At the 22:44 mark: FDR blames Hoover for the country still being in the dumps. Remember, this is 1938! FDR was entering his sixth year and the economy had tanked again during his second term. The remarkable thing is, people bought this line of reasoning. (Sound familiar? Never ever expect Democrats to take responsibility for his actions if things go sour on their watch... hell they are still blaming Hoover every now and then.)
At the 23:08 mark: FDR mocks the people who fear the deficit spending and Public works would be a drag on the economy and not work to establish true economic recovery. Now remember, FDR is speaking at a time the country had dipped back into what we today would call a depression and it occurred after the government spending of 1933, the original New Deal... and FDR brazens it out, touting all the alleged good he has done! Sounds like Hans Solo from Star Wars: "It's not my fault!" He then ups the ante with more of the same policies. (Aren't we hearing the calls for a "second round of stimulus?")
At the 24:51 mark: FDR claims it takes the federal government to trigger economic activity.. (sound familiar?)
At the 26:26 mark: FDR argues for redistribution of wealth (FDR always argued to keep profits for private enterprises to a minimum and would hide behind the phrase "fair profit for business" throughout his years as president. Sound Familiar? Windfall Profits tax, Raise capital Gains tax?)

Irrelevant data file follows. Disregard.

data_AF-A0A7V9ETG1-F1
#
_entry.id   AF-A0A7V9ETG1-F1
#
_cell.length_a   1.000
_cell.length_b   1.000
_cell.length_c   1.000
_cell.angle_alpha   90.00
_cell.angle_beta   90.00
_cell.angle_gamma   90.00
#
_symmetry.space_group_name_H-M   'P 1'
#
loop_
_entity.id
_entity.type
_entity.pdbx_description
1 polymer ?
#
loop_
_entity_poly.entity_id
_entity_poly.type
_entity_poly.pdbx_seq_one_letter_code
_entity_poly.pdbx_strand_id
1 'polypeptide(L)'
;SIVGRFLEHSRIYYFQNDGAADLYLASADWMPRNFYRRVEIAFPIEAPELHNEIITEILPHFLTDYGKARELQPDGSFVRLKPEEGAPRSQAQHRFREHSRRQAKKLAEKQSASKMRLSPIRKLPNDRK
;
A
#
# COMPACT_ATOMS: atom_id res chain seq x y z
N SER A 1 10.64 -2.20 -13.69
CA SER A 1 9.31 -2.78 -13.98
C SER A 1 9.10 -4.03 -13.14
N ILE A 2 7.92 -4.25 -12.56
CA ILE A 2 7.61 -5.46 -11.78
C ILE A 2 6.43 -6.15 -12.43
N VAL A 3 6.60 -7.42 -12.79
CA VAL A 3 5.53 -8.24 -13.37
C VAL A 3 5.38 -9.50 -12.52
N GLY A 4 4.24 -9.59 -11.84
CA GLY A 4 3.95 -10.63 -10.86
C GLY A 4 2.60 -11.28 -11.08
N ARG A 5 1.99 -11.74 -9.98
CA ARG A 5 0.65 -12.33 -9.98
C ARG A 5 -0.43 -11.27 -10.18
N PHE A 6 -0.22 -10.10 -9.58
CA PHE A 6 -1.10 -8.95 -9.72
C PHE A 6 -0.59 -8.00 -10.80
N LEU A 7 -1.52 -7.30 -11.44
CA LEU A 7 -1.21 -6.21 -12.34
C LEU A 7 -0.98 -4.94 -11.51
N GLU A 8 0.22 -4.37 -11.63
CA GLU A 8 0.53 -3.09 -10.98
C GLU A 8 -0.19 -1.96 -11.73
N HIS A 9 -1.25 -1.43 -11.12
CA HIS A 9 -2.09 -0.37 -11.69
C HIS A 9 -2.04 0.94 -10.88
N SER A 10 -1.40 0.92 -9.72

At the 27:09 mark: FDR more or less says "I tried to reduce the debt but we got to spend more because the previous spending didn't work.... Don't worry, we will get it back in payment of loans and increased tax revenues." (Obama is parroting, for all practical purposes the same thing)
At the 29:55 mark: FDR states only government can get the economy moving, but once it does, then we can start reducing the deficit. (sound familiar? Obama triples the debt, but says he is concerned with the deficit and will make it a priority once government spending takes hold)
The rest of FDR's speech is that all must get behind his plan (or else) and he is merely a humble public servant.